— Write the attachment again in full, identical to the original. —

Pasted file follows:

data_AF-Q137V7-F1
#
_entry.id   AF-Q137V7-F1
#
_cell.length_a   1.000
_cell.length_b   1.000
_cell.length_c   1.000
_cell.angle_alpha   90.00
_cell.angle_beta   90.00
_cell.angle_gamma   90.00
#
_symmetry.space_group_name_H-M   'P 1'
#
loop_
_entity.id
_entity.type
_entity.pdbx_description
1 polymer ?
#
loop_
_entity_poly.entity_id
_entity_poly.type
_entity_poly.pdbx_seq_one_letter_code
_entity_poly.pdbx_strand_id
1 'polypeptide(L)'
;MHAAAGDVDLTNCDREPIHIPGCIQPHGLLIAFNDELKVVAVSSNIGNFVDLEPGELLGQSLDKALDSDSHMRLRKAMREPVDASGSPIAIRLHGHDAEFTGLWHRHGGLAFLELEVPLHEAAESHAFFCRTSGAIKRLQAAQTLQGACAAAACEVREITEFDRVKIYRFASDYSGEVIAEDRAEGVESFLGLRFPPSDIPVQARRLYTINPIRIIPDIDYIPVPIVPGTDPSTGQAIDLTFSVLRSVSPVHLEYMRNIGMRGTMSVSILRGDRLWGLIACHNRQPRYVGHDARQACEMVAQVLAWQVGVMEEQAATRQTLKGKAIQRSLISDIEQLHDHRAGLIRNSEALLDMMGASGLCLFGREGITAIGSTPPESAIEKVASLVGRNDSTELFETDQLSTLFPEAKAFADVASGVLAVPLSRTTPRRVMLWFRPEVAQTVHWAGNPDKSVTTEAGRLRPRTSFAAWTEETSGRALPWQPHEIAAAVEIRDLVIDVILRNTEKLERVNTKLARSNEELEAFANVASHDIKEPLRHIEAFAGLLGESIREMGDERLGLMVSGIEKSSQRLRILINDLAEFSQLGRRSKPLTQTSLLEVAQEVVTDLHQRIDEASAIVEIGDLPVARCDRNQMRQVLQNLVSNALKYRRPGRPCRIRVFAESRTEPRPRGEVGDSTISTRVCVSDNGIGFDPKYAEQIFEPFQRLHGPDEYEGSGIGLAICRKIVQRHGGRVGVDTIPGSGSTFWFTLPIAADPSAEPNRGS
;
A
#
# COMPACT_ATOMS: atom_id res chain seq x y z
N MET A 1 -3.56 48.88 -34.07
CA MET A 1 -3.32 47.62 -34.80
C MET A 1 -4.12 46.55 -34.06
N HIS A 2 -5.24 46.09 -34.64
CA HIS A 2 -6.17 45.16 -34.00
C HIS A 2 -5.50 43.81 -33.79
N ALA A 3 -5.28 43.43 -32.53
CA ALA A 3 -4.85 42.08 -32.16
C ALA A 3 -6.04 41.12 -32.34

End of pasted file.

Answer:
data_AF-Q137V7-F1
#
_entry.id   AF-Q137V7-F1
#
_cell.length_a   1.000
_cell.length_b   1.000
_cell.length_c   1.000
_cell.angle_alpha   90.00
_cell.angle_beta   90.00
_cell.angle_gamma   90.00
#
_symmetry.space_group_name_H-M   'P 1'
#
loop_
_entity.id
_entity.type
_entity.pdbx_description
1 polymer ?
#
loop_
_entity_poly.entity_id
_entity_poly.type
_entity_poly.pdbx_seq_one_letter_code
_entity_poly.pdbx_strand_id
1 'polypeptide(L)'
;MHAAAGDVDLTNCDREPIHIPGCIQPHGLLIAFNDELKVVAVSSNIGNFVDLEPGELLGQSLDKALDSDSHMRLRKAMREPVDASGSPIAIRLHGHDAEFTGLWHRHGGLAFLELEVPLHEAAESHAFFCRTSGAIKRLQAAQTLQGACAAAACEVREITEFDRVKIYRFASDYSGEVIAEDRAEGVESFLGLRFPPSDIPVQARRLYTINPIRIIPDIDYIPVPIVPGTDPSTGQAIDLTFSVLRSVSPVHLEYMRNIGMRGTMSVSILRGDRLWGLIACHNRQPRYVGHDARQACEMVAQVLAWQVGVMEEQAATRQTLKGKAIQRSLISDIEQLHDHRAGLIRNSEALLDMMGASGLCLFGREGITAIGSTPPESAIEKVASLVGRNDSTELFETDQLSTLFPEAKAFADVASGVLAVPLSRTTPRRVMLWFRPEVAQTVHWAGNPDKSVTTEAGRLRPRTSFAAWTEETSGRALPWQPHEIAAAVEIRDLVIDVILRNTEKLERVNTKLARSNEELEAFANVASHDIKEPLRHIEAFAGLLGESIREMGDERLGLMVSGIEKSSQRLRILINDLAEFSQLGRRSKPLTQTSLLEVAQEVVTDLHQRIDEASAIVEIGDLPVARCDRNQMRQVLQNLVSNALKYRRPGRPCRIRVFAESRTEPRPRGEVGDSTISTRVCVSDNGIGFDPKYAEQIFEPFQRLHGPDEYEGSGIGLAICRKIVQRHGGRVGVDTIPGSGSTFWFTLPIAADPSAEPNRGS
;
A
#
# COMPACT_ATOMS: atom_id res chain seq x y z
N MET A 1 -3.56 48.88 -34.07
CA MET A 1 -3.32 47.62 -34.80
C MET A 1 -4.12 46.55 -34.06
N HIS A 2 -5.24 46.09 -34.64
CA HIS A 2 -6.17 45.16 -34.00
C HIS A 2 -5.50 43.81 -33.79
N ALA A 3 -5.28 43.43 -32.53
CA ALA A 3 -4.85 42.08 -32.16
C ALA A 3 -6.04 41.12 -32.34